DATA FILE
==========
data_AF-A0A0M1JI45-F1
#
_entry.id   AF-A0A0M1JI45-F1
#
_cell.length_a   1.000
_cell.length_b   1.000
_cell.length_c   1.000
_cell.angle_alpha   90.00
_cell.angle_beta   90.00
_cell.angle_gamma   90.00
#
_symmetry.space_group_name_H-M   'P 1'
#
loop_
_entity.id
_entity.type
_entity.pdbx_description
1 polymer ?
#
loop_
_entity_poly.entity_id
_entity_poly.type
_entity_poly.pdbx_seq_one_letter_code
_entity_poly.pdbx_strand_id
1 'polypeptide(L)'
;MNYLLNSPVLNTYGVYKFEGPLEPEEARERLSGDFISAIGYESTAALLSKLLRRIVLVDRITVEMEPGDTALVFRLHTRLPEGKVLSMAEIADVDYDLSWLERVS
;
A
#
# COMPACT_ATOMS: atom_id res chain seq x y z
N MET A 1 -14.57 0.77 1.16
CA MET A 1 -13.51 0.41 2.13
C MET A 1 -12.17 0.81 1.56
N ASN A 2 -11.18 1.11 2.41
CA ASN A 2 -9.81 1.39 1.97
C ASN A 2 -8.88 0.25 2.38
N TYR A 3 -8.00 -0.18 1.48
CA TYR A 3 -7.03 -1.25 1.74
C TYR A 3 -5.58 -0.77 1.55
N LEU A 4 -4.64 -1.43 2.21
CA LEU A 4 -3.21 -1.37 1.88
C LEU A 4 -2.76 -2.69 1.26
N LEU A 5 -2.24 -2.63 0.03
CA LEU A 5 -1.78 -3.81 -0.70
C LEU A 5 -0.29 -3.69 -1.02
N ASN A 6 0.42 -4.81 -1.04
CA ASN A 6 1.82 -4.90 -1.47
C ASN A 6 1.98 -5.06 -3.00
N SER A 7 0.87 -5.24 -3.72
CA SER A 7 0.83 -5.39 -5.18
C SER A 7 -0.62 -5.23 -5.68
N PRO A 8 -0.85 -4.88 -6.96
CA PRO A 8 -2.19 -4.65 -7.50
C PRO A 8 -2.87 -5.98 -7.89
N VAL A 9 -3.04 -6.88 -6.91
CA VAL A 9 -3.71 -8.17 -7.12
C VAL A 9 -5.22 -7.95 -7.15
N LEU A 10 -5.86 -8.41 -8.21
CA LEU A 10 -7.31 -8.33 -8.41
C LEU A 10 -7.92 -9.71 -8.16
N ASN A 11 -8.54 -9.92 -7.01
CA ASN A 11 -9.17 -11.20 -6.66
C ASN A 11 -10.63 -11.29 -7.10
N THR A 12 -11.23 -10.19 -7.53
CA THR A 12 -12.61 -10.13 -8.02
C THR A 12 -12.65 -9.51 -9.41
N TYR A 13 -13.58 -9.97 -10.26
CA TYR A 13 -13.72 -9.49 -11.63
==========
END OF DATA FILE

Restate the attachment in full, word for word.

data_AF-A0A0M1JI45-F1
#
_entry.id   AF-A0A0M1JI45-F1
#
_cell.length_a   1.000
_cell.length_b   1.000
_cell.length_c   1.000
_cell.angle_alpha   90.00
_cell.angle_beta   90.00
_cell.angle_gamma   90.00
#
_symmetry.space_group_name_H-M   'P 1'
#
loop_
_entity.id
_entity.type
_entity.pdbx_description
1 polymer ?
#
loop_
_entity_poly.entity_id
_entity_poly.type
_entity_poly.pdbx_seq_one_letter_code
_entity_poly.pdbx_strand_id
1 'polypeptide(L)'
;MNYLLNSPVLNTYGVYKFEGPLEPEEARERLSGDFISAIGYESTAALLSKLLRRIVLVDRITVEMEPGDTALVFRLHTRLPEGKVLSMAEIADVDYDLSWLERVS
;
A
#
# COMPACT_ATOMS: atom_id res chain seq x y z
N MET A 1 -14.57 0.77 1.16
CA MET A 1 -13.51 0.41 2.13
C MET A 1 -12.17 0.81 1.56
N ASN A 2 -11.18 1.11 2.41
CA ASN A 2 -9.81 1.39 1.97
C ASN A 2 -8.88 0.25 2.38
N TYR A 3 -8.00 -0.18 1.48
CA TYR A 3 -7.03 -1.25 1.74
C TYR A 3 -5.58 -0.77 1.55
N LEU A 4 -4.64 -1.43 2.21
CA LEU A 4 -3.21 -1.37 1.88
C LEU A 4 -2.76 -2.69 1.26
N LEU A 5 -2.24 -2.63 0.03
CA LEU A 5 -1.78 -3.81 -0.70
C LEU A 5 -0.29 -3.69 -1.02
N ASN A 6 0.42 -4.81 -1.04
CA ASN A 6 1.82 -4.90 -1.47
C ASN A 6 1.98 -5.06 -3.00
N SER A 7 0.87 -5.24 -3.72
CA SER A 7 0.83 -5.39 -5.18
C SER A 7 -0.62 -5.23 -5.68
N PRO A 8 -0.85 -4.88 -6.96
CA PRO A 8 -2.19 -4.65 -7.50
C PRO A 8 -2.87 -5.98 -7.89
N VAL A 9 -3.04 -6.88 -6.91
CA VAL A 9 -3.71 -8.17 -7.12
C VAL A 9 -5.22 -7.95 -7.15
N LEU A 10 -5.86 -8.41 -8.21
CA LEU A 10 -7.31 -8.33 -8.41
C LEU A 10 -7.92 -9.71 -8.16
N ASN A 11 -8.54 -9.92 -7.01
CA ASN A 11 -9.17 -11.20 -6.66
C ASN A 11 -10.63 -11.29 -7.10
N THR A 12 -11.23 -10.19 -7.53
CA THR A 12 -12.61 -10.13 -8.02
C THR A 12 -12.65 -9.51 -9.41
N TYR A 13 -13.58 -9.97 -10.26
CA TYR A 13 -13.72 -9.49 -11.63